There are many different ways to raise your child, and there certainly seems to be a clear-cut difference between the ethics of upbringing children in the dissimilar cultures of the world. One of the more prominent and discussable ways of upbringing is the Chinese way, a topic which has been written about in an article in The Wall Street Journal by Amy Chua. “Why Chinese Mothers Are Superior” is the name of the article, published on January 8th in 2011, a name that certainly calls attention to itself.
The Wall Street Journal is a newspaper which is only published in the Western countries and one must therefore assume that “Why Chinese Mothers Are Superior” is a name that will cause outrage among the Westerners. Chua mentions the recent focus there has been on Asian mothers and their inadequacy as parents: “There are all these new books out there portraying Asian mothers as scheming, callous, indifferent people indifferent to their kids’ true interests.
” This negative focus on Asian mothers combined with the title of the article is reason for pause in many Western parents.
The fact that the Asian mothers ‘retaliate’ in the form of this article will surely cause outrage with the Westerners and therefore draw them in and engage them in the debate, if only so they can disprove the article’s theories to themselves by disbelieving it. She uses provocation to draw in the reader; just by naming the article something which demeans the reader’s parenting skills. Once Chua has drawn in the readers she engages them further by gaining credibility by using herself as an example. She has had firsthand experience with both types of parenting as her husband is a Westerner and she, herself, is Chinese.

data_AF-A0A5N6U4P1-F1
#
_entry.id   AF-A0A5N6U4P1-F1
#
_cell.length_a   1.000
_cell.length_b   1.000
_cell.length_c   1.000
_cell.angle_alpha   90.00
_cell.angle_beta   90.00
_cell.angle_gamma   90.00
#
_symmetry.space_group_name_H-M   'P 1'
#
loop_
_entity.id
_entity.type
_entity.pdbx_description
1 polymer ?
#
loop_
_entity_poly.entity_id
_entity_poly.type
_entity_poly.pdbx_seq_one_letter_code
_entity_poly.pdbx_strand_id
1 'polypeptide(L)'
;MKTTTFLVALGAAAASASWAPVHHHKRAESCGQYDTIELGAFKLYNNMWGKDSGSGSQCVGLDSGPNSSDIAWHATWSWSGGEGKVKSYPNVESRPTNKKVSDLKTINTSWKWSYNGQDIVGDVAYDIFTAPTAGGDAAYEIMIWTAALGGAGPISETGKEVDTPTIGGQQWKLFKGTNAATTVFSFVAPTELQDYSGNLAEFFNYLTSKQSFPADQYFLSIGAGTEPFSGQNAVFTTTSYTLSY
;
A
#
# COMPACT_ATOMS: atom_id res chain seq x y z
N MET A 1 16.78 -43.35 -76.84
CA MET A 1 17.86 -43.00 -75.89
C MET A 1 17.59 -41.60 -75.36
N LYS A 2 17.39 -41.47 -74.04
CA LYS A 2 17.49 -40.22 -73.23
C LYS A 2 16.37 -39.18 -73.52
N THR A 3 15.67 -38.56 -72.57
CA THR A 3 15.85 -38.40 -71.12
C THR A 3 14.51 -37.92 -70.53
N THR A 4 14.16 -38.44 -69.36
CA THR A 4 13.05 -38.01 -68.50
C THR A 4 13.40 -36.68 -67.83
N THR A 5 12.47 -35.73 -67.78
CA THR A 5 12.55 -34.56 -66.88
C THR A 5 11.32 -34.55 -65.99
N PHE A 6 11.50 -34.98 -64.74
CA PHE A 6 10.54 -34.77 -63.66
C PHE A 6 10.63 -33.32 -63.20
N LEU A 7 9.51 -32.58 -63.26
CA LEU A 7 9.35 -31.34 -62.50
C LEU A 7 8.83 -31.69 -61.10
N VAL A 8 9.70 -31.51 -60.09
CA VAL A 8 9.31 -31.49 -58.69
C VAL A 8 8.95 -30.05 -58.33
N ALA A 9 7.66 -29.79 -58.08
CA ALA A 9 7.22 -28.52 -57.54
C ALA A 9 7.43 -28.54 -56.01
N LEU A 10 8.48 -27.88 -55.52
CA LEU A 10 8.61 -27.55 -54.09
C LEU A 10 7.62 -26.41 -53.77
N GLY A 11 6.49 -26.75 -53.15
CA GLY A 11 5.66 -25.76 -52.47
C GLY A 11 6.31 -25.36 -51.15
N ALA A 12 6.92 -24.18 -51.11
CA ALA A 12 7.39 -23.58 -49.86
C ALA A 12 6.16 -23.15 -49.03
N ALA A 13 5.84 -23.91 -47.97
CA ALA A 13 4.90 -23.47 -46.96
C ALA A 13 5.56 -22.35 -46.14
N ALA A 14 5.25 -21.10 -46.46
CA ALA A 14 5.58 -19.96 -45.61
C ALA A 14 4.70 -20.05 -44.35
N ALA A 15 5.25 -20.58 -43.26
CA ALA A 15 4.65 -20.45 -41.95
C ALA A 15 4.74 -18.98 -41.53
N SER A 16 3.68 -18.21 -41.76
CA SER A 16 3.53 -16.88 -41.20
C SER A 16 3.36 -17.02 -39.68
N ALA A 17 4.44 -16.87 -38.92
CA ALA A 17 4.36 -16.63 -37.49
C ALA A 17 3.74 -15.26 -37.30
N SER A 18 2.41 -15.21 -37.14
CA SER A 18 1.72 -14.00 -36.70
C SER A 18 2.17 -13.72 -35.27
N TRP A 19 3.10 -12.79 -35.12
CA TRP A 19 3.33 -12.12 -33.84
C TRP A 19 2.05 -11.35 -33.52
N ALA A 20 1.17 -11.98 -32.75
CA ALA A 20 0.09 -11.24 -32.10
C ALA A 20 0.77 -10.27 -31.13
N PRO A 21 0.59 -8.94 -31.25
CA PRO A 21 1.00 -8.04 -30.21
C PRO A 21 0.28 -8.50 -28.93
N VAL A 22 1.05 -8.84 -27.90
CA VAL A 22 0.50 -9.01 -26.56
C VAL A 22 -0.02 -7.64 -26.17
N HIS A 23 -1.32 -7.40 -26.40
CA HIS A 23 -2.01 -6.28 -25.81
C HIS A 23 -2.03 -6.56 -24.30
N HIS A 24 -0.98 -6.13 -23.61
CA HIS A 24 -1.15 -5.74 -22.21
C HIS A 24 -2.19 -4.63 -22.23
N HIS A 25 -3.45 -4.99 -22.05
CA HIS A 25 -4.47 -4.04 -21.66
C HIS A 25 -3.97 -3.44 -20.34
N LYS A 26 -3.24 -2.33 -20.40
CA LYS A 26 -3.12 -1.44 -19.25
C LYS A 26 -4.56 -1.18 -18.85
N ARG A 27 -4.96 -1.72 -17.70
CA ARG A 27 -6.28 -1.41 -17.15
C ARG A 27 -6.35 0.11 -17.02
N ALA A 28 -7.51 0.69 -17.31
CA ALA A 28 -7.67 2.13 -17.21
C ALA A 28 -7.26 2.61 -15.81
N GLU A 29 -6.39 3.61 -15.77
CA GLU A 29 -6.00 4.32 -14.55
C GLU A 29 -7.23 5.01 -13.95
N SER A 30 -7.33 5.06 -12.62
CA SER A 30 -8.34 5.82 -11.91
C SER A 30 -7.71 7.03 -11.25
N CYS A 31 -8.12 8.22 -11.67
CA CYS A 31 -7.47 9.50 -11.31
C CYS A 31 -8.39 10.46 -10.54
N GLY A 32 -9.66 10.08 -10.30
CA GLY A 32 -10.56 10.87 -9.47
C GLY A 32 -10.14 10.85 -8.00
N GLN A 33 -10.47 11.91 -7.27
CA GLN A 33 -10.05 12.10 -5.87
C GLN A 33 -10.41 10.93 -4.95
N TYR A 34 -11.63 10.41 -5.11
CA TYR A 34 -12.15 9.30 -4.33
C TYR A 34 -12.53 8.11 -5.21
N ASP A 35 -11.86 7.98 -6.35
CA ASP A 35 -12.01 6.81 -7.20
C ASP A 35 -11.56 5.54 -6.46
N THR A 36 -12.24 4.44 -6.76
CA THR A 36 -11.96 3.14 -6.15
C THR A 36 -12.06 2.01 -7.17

She weighs the Western and Chinese parenting arguments against each other and elevates her own with the argument “The end justifies the means”. Their children will end up successful, even if they have to suffer a little to get there. But is that a valid argument? Does the end always justify the means? To a certain degree, perhaps, but the methods the Chinese parents exercise are bordering on the limits to the extreme. Chua uses an example with her own daughter, in where the daughter refuses to learn a song on the piano and is denied water and even bathroom breaks until she gets it right, which does not happen until well into the night.